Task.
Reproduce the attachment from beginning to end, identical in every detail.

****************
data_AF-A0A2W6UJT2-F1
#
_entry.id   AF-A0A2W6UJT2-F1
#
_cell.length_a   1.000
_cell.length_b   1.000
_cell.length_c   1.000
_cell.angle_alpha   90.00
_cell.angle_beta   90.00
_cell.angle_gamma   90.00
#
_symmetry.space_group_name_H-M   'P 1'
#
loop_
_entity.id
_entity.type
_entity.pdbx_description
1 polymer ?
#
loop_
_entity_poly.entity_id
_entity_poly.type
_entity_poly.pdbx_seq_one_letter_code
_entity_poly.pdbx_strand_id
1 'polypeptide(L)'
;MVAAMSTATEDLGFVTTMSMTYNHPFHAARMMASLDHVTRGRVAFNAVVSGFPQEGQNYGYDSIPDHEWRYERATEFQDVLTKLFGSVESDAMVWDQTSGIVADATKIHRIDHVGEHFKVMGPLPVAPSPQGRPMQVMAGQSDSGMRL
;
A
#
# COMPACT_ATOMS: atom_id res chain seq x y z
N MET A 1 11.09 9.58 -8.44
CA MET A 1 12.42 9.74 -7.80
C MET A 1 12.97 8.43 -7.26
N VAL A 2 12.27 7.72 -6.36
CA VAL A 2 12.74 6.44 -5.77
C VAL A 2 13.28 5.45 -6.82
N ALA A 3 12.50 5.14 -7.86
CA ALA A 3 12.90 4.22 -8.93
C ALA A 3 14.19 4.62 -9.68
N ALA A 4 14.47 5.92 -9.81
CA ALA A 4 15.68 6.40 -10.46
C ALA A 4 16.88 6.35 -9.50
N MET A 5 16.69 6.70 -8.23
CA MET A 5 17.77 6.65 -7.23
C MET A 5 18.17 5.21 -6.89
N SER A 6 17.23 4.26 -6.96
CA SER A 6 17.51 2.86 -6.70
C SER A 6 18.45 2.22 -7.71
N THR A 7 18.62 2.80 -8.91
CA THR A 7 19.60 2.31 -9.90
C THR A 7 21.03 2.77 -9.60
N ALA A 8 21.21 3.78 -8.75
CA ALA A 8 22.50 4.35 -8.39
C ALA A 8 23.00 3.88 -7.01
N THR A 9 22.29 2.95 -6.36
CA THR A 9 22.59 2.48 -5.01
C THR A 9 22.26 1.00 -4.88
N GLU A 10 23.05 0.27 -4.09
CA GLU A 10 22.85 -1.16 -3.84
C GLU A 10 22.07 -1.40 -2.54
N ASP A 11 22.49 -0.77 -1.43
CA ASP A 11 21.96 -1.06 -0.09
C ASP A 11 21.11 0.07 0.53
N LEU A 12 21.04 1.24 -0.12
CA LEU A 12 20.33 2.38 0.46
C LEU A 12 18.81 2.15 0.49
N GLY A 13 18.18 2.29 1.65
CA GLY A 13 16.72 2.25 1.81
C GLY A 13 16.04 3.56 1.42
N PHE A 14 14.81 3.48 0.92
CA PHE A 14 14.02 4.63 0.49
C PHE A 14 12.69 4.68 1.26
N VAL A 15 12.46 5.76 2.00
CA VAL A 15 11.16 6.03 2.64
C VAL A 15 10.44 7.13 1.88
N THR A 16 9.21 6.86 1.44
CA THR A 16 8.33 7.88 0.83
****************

data_AF-A0A2W6UJT2-F1
#
_entry.id   AF-A0A2W6UJT2-F1
#
_cell.length_a   1.000
_cell.length_b   1.000
_cell.length_c   1.000
_cell.angle_alpha   90.00
_cell.angle_beta   90.00
_cell.angle_gamma   90.00
#
_symmetry.space_group_name_H-M   'P 1'
#
loop_
_entity.id
_entity.type
_entity.pdbx_description
1 polymer ?
#
loop_
_entity_poly.entity_id
_entity_poly.type
_entity_poly.pdbx_seq_one_letter_code
_entity_poly.pdbx_strand_id
1 'polypeptide(L)'
;MVAAMSTATEDLGFVTTMSMTYNHPFHAARMMASLDHVTRGRVAFNAVVSGFPQEGQNYGYDSIPDHEWRYERATEFQDVLTKLFGSVESDAMVWDQTSGIVADATKIHRIDHVGEHFKVMGPLPVAPSPQGRPMQVMAGQSDSGMRL
;
A
#
# COMPACT_ATOMS: atom_id res chain seq x y z
N MET A 1 11.09 9.58 -8.44
CA MET A 1 12.42 9.74 -7.80
C MET A 1 12.97 8.43 -7.26
N VAL A 2 12.27 7.72 -6.36
CA VAL A 2 12.74 6.44 -5.77
C VAL A 2 13.28 5.45 -6.82
N ALA A 3 12.50 5.14 -7.86
CA ALA A 3 12.90 4.22 -8.93
C ALA A 3 14.19 4.62 -9.68
N ALA A 4 14.47 5.92 -9.81
CA ALA A 4 15.68 6.40 -10.46
C ALA A 4 16.88 6.35 -9.50
N MET A 5 16.69 6.70 -8.23
CA MET A 5 17.77 6.65 -7.23
C MET A 5 18.17 5.21 -6.89
N SER A 6 17.23 4.26 -6.96
CA SER A 6 17.51 2.86 -6.70
C SER A 6 18.45 2.22 -7.71
N THR A 7 18.62 2.80 -8.91
CA THR A 7 19.60 2.31 -9.90
C THR A 7 21.03 2.77 -9.60
N ALA A 8 21.21 3.78 -8.75
CA ALA A 8 22.50 4.35 -8.39
C ALA A 8 23.00 3.88 -7.01
N THR A 9 22.29 2.95 -6.36
CA THR A 9 22.59 2.48 -5.01
C THR A 9 22.26 1.00 -4.88
N GLU A 10 23.05 0.27 -4.09
CA GLU A 10 22.85 -1.16 -3.84
C GLU A 10 22.07 -1.40 -2.54
N ASP A 11 22.49 -0.77 -1.43
CA ASP A 11 21.96 -1.06 -0.09
C ASP A 11 21.11 0.07 0.53
N LEU A 12 21.04 1.24 -0.12
CA LEU A 12 20.33 2.38 0.46
C LEU A 12 18.81 2.15 0.49
N GLY A 13 18.18 2.29 1.65
CA GLY A 13 16.72 2.25 1.81
C GLY A 13 16.04 3.56 1.42
N PHE A 14 14.81 3.48 0.92
CA PHE A 14 14.02 4.63 0.49
C PHE A 14 12.69 4.68 1.26
N VAL A 15 12.46 5.76 2.00
CA VAL A 15 11.16 6.03 2.64
C VAL A 15 10.44 7.13 1.88
N THR A 16 9.21 6.86 1.44
CA THR A 16 8.33 7.88 0.83